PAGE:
At this time, genital secretions and blisters containing fluid necessary for confirmation of infection are likely to be present, and a definitive diagnosis provides patient and doctor with the necessary information to optimise treatment.

Laboratory confirmation

In order to confirm a diagnosis of genital HSV infection, it is necessary to prove the presence of the herpes simplex virus. Detection of HSV antibodies in the bloodstream is not sufficient because this cannot define the site of HSV infection.

The usual procedure is for the doctor to perform a swab test, in which a sample of the fluid from a blister, from ulcers, or a sample of a genital secretion, is taken and sent away for analysis.

Laboratory analysis is usually made either by virus culture (where the virus is grown in material known as a culture medium) or by antigen detection where components of the virus are specifically identified.

Because it is possible for a person with genital herpes to have another sexually transmitted infection at the same time, a full genital check should be made. For women this may include a cervical smear test.

It is important to note that having genital herpes is not associated with the development of cervical cancer.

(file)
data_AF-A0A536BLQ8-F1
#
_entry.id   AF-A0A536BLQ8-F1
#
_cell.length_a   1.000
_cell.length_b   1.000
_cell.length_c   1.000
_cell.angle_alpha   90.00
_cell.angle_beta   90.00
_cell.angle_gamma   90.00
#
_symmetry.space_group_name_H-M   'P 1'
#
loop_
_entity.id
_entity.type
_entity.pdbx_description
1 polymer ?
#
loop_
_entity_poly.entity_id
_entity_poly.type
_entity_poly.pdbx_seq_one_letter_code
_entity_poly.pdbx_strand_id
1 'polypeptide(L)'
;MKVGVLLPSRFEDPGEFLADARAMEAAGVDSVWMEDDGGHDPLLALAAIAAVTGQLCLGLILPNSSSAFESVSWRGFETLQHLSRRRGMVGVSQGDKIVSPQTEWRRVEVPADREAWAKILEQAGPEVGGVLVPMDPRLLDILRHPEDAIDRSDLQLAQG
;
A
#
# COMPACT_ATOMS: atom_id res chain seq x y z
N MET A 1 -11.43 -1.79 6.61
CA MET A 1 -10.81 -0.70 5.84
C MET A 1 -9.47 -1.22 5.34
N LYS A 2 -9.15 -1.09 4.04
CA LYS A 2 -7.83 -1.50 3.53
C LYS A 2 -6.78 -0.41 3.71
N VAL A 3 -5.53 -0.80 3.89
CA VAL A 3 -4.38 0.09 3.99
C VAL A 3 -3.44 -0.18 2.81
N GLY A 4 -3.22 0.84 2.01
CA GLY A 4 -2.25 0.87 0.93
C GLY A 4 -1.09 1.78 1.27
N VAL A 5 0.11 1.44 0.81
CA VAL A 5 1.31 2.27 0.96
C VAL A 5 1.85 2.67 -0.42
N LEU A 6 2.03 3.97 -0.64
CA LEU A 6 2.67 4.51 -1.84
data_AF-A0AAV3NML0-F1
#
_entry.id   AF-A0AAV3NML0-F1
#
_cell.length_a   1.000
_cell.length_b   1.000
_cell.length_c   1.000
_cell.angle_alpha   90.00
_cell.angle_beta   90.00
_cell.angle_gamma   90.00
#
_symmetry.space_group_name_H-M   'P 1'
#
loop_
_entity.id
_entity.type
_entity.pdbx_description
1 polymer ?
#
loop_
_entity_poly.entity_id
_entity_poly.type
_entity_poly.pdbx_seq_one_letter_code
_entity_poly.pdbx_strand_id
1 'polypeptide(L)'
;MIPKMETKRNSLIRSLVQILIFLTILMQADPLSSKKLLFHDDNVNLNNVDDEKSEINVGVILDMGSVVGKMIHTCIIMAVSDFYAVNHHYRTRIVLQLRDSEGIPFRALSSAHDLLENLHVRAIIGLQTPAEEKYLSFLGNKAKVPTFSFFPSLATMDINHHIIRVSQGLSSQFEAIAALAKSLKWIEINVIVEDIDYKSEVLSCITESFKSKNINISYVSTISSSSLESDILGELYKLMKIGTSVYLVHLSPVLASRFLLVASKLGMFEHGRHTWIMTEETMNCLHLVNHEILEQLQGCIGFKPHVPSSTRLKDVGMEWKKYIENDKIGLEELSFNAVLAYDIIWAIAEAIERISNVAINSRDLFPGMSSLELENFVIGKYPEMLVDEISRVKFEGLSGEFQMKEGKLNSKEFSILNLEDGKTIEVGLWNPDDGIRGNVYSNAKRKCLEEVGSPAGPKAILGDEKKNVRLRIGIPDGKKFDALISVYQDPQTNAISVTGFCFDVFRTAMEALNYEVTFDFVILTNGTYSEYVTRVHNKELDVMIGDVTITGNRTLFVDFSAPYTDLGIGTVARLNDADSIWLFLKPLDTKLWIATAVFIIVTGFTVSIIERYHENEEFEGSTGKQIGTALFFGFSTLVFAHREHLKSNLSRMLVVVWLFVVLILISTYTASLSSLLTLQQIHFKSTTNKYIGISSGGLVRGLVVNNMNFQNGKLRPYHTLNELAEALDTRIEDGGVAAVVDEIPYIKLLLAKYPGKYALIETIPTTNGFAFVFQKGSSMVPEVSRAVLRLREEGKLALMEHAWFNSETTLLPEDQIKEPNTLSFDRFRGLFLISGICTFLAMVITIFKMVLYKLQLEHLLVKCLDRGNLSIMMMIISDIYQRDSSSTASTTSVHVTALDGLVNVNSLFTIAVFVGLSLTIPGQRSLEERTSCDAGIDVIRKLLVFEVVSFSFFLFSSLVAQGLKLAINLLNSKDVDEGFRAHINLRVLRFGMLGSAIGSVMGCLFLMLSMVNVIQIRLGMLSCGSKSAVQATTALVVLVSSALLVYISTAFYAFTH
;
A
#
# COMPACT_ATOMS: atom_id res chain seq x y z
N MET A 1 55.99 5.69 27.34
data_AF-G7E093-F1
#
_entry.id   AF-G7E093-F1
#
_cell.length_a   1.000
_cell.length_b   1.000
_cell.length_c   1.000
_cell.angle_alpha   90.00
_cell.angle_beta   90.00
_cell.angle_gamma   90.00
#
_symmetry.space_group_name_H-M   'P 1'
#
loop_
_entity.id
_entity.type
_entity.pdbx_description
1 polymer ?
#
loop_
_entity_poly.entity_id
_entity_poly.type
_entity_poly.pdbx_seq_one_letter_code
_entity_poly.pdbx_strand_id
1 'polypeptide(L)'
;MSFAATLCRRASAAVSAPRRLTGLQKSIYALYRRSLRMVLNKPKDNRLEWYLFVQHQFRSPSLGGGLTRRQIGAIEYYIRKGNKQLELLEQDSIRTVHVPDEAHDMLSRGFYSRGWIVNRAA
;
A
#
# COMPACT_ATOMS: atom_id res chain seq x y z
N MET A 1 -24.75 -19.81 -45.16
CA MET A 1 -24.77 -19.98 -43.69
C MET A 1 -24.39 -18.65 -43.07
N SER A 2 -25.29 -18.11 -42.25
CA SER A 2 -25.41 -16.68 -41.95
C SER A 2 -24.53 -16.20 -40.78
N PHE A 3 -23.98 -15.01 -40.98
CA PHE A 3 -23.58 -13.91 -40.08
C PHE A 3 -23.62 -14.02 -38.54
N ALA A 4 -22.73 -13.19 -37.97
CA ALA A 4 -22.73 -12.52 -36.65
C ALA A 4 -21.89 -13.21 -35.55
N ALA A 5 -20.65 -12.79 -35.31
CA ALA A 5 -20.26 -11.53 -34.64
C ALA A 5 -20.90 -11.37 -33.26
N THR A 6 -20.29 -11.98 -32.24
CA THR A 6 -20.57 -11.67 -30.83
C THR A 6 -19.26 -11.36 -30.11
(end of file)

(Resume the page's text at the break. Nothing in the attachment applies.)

While a blood test may reveal infection with HSV at a time when no genital symptoms are present, confirmation of genital HSV infection is still essential. If the blood test is specific for detection of antibodies to HSV type 2, the likelihood of genital HSV infection is increased, but still not proven. The doctor may ask you to re-visit for a swab test when genital symptoms or discomfort appear.
Common Herpes Questions Asked from Yahoo Answers.
Herpes Questions #1

Herpes! Herpes! Herpes! I have had Herpes off and on for ten years now.. Herpes is a way of life for me. My Herpes question is: Can you spread Herpes to others even when you have no Herpes sores present? I also have to go to my doctors office every couple of months to get more meds for the herpes. I don't have the time or the money to go to the doctors office just to get a new prescription. Is there an easier way to buy herpes meds like Valtrex? Are herpes meds available on the internet? thanks!
Herpes Answer #1